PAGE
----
Established in 1923 by the American Institute of Graphic Arts as "Fifty Books," the 50 Books | 50 Covers competition has continued to carry on the tradition of awarding the best book designs, annually, for over 90 years. For the past five years, Design Observer has joined AIGA in hosting the competition. This year they expanded the process to involve a published book and an upcoming exhibition of the winners, held in October in New Orleans, which they funded on Kickstarter.
And last week, Design Observer announced this year's winners, divided up into overall book design and solely cover design. Across both categories, typography takes center stage over book cover imagery; in many cases, bold or experimental type is the only thing featured. Take designer David Smith's clean, white and orange embossed design for A New Quiet by artist Mark Garry or the rainbow gradient type of Mongrel Rapture: The Architecture of Ashton Raggatt McDougall, designed by Stuart Geddes and ARM Architecture. In Michael Bennett and Sarah Bennett's profanity-filled self-help book, F*ck Feelings, designed by Jason Heuer the only graphic embellishment is a bubbly red asterisk.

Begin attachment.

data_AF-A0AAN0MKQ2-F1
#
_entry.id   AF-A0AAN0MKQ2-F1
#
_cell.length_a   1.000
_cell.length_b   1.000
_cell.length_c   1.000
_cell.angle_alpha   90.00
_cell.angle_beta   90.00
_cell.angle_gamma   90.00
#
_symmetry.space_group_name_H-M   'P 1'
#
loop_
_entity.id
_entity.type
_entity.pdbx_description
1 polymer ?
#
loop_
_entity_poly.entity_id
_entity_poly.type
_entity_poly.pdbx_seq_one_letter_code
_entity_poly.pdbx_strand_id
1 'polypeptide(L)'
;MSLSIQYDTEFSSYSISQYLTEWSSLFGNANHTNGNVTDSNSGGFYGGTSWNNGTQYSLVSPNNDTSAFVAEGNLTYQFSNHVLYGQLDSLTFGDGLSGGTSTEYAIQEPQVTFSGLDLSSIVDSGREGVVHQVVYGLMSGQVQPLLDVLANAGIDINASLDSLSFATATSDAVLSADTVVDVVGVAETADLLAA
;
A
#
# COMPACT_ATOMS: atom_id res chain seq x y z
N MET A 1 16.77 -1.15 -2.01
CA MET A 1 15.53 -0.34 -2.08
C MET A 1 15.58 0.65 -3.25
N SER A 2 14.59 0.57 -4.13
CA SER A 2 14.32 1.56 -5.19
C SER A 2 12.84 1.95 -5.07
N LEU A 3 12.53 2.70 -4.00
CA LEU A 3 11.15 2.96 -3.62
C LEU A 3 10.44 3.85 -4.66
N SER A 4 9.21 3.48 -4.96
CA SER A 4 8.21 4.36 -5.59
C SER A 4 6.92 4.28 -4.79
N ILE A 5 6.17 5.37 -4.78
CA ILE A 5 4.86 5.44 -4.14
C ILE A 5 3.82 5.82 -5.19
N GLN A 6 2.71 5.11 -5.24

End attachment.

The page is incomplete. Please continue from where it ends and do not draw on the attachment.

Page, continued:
Trends in book cover design tend to be a reaction to the book cover trends before it: in this case, a course reversal from image-heavy covers to set a book apart from others on the shelves (real or virtual). Typographic overs are also easier to see and read at thumbnail size, an increasing concern for book designers as online retailers like Amazon have redefined the market. As the judges write in their announcement, "Covers ... do double and triple duty, functioning not just as alluring packaging on the bookstore shelf, but as telegraphic icons in the realm of online marketing and sortable rubrics in online libraries."
Either way, not a bad trend—particularly in this batch of winners. Check out our selection of the typographic book covers from this year's 50 Books | 50 Covers and head over Design Observer for the full list.
[All Images: via Design Observer]